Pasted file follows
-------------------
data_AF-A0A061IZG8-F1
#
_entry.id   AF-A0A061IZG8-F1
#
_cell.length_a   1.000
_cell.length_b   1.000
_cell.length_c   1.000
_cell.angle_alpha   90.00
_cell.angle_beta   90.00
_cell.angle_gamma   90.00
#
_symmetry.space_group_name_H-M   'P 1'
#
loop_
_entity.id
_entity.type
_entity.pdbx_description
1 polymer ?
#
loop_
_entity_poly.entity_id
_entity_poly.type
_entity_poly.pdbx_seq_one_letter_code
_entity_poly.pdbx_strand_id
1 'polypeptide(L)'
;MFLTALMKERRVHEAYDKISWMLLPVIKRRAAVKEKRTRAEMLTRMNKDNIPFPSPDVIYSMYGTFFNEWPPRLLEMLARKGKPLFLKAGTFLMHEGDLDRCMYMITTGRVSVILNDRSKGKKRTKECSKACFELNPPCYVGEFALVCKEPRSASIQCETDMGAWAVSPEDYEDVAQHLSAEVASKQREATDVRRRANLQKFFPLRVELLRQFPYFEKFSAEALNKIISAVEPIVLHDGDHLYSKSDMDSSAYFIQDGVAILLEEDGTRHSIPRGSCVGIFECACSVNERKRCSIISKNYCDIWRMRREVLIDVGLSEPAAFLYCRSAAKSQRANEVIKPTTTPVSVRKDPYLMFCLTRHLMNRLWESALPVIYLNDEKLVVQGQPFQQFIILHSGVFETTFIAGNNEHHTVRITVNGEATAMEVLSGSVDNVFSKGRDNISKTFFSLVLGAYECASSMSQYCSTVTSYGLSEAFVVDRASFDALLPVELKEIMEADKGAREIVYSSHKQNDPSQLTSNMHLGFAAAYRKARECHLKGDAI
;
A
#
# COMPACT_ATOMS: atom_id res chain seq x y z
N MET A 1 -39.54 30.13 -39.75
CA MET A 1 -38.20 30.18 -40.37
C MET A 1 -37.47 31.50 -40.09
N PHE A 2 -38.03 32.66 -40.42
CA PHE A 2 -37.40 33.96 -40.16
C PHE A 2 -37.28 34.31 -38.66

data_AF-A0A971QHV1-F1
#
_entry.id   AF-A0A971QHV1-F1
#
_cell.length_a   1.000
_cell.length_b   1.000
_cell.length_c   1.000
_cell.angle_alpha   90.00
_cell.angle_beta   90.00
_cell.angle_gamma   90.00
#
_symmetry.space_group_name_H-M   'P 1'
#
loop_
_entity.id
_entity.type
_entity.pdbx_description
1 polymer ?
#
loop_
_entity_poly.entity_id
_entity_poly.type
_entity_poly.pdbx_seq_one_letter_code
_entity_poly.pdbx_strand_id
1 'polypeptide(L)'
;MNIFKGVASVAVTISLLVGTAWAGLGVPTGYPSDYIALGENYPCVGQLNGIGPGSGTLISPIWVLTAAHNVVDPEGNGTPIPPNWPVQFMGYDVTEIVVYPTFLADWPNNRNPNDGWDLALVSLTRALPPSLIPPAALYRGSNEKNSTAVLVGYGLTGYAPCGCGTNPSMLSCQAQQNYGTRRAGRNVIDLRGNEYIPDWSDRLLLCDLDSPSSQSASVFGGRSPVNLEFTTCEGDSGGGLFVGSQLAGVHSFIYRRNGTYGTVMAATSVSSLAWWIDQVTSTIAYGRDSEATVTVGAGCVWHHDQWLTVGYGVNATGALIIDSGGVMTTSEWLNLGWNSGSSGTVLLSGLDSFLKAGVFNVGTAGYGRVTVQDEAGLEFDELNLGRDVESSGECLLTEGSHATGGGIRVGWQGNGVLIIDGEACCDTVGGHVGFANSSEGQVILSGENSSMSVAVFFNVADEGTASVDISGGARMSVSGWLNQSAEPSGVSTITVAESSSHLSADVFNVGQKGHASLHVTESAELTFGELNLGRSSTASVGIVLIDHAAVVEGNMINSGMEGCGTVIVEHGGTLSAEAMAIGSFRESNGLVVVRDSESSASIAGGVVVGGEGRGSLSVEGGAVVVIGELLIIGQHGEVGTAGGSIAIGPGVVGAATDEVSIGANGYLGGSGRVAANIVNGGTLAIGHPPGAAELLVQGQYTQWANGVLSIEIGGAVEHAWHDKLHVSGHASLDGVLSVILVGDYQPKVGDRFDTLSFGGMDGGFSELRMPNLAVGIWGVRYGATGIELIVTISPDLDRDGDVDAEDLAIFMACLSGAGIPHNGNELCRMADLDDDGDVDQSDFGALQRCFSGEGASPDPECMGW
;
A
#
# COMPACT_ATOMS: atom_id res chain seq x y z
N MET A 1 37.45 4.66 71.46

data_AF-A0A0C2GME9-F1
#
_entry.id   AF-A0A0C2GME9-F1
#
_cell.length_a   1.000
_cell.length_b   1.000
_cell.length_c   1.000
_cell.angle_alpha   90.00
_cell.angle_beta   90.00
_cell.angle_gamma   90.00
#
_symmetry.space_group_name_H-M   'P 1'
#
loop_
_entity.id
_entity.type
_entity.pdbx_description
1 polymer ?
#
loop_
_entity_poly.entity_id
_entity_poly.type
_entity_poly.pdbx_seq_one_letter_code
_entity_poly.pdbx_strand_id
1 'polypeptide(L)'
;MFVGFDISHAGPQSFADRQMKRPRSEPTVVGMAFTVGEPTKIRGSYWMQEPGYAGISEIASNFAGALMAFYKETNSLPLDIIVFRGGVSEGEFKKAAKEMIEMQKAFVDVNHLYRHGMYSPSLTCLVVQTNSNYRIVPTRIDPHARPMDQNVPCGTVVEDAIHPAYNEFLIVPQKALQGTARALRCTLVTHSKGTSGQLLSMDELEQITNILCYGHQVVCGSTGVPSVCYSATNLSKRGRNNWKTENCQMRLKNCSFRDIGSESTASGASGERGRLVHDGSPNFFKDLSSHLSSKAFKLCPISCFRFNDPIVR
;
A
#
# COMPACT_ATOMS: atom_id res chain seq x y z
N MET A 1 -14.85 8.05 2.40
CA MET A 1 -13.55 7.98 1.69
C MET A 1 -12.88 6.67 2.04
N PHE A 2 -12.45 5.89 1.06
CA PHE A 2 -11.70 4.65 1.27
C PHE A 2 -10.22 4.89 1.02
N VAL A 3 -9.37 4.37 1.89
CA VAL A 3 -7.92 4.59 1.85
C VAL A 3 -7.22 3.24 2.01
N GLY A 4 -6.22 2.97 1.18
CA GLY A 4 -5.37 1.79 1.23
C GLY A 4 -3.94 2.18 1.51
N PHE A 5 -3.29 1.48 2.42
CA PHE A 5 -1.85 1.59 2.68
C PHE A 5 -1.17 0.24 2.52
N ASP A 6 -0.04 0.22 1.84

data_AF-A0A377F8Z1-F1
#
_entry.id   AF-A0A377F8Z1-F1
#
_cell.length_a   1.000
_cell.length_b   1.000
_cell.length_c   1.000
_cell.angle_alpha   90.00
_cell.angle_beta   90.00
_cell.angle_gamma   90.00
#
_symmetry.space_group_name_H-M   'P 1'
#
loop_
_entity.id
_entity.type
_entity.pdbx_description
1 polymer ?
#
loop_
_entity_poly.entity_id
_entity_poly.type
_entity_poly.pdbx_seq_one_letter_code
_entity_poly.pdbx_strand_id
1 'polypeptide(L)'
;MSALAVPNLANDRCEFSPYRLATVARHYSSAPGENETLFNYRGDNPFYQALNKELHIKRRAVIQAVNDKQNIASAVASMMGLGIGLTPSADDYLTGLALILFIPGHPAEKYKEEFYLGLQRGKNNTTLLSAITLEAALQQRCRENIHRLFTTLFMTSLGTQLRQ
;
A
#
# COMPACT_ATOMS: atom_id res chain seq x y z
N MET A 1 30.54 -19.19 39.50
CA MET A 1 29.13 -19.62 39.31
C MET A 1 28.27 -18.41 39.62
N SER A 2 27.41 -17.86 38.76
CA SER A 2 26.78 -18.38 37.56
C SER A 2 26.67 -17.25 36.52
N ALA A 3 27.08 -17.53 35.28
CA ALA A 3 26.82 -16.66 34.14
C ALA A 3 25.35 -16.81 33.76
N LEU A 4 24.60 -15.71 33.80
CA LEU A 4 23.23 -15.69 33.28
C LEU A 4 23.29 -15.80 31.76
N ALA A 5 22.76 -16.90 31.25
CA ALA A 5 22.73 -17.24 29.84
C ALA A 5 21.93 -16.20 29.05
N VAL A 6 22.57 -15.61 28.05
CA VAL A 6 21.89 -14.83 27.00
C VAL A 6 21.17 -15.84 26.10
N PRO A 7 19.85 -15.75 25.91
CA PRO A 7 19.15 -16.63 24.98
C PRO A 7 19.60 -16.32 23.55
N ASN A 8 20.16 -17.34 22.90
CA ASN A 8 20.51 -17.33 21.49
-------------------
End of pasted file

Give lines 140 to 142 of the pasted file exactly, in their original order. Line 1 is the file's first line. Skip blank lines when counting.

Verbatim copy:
;
A
#